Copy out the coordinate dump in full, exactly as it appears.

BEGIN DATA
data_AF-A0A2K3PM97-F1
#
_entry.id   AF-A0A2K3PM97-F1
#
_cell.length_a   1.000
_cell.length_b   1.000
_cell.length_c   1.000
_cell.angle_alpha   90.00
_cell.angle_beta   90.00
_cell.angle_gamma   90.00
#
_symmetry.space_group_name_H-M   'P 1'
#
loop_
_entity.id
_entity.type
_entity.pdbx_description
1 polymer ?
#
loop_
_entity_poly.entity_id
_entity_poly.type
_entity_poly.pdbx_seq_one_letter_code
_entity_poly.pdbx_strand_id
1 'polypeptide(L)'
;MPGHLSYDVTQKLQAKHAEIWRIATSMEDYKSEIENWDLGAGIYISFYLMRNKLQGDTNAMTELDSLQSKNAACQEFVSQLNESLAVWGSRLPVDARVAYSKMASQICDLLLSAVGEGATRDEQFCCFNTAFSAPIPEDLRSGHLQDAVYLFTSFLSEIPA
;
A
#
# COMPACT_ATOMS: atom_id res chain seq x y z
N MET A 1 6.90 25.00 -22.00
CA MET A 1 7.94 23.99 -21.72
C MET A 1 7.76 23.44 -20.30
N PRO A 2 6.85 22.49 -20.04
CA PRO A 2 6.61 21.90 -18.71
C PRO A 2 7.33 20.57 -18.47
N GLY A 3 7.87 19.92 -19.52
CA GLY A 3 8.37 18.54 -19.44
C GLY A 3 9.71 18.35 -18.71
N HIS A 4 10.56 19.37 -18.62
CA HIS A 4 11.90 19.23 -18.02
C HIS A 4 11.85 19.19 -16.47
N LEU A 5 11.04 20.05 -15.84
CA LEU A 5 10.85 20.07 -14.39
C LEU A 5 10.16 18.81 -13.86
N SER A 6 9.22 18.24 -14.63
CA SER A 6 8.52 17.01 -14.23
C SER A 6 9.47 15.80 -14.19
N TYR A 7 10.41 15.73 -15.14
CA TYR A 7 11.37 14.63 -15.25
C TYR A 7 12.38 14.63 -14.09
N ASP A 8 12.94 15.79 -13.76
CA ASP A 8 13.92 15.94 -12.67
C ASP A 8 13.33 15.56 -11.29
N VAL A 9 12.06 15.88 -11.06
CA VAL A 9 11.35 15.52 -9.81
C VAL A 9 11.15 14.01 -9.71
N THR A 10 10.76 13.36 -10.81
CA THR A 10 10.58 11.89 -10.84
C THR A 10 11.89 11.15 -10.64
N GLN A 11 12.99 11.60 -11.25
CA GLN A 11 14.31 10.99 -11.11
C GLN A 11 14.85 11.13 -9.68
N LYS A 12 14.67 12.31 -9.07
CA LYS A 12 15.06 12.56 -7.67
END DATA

data_AF-A0A2K3PM97-F1
#
_entry.id   AF-A0A2K3PM97-F1
#
_cell.length_a   1.000
_cell.length_b   1.000
_cell.length_c   1.000
_cell.angle_alpha   90.00
_cell.angle_beta   90.00
_cell.angle_gamma   90.00
#
_symmetry.space_group_name_H-M   'P 1'
#
loop_
_entity.id
_entity.type
_entity.pdbx_description
1 polymer ?
#
loop_
_entity_poly.entity_id
_entity_poly.type
_entity_poly.pdbx_seq_one_letter_code
_entity_poly.pdbx_strand_id
1 'polypeptide(L)'
;MPGHLSYDVTQKLQAKHAEIWRIATSMEDYKSEIENWDLGAGIYISFYLMRNKLQGDTNAMTELDSLQSKNAACQEFVSQLNESLAVWGSRLPVDARVAYSKMASQICDLLLSAVGEGATRDEQFCCFNTAFSAPIPEDLRSGHLQDAVYLFTSFLSEIPA
;
A
#
# COMPACT_ATOMS: atom_id res chain seq x y z
N MET A 1 6.90 25.00 -22.00
CA MET A 1 7.94 23.99 -21.72
C MET A 1 7.76 23.44 -20.30
N PRO A 2 6.85 22.49 -20.04
CA PRO A 2 6.61 21.90 -18.71
C PRO A 2 7.33 20.57 -18.47
N GLY A 3 7.87 19.92 -19.52
CA GLY A 3 8.37 18.54 -19.44
C GLY A 3 9.71 18.35 -18.71
N HIS A 4 10.56 19.37 -18.62
CA HIS A 4 11.90 19.23 -18.02
C HIS A 4 11.85 19.19 -16.47
N LEU A 5 11.04 20.05 -15.84
CA LEU A 5 10.85 20.07 -14.39
C LEU A 5 10.16 18.81 -13.86
N SER A 6 9.22 18.24 -14.63
CA SER A 6 8.52 17.01 -14.23
C SER A 6 9.47 15.80 -14.19
N TYR A 7 10.41 15.73 -15.14
CA TYR A 7 11.37 14.63 -15.25
C TYR A 7 12.38 14.63 -14.09
N ASP A 8 12.94 15.79 -13.76
CA ASP A 8 13.92 15.94 -12.67
C ASP A 8 13.33 15.56 -11.29
N VAL A 9 12.06 15.88 -11.06
CA VAL A 9 11.35 15.52 -9.81
C VAL A 9 11.15 14.01 -9.71
N THR A 10 10.76 13.36 -10.81
CA THR A 10 10.58 11.89 -10.84
C THR A 10 11.89 11.15 -10.64
N GLN A 11 12.99 11.60 -11.25
CA GLN A 11 14.31 10.99 -11.11
C GLN A 11 14.85 11.13 -9.68
N LYS A 12 14.67 12.31 -9.07
CA LYS A 12 15.06 12.56 -7.67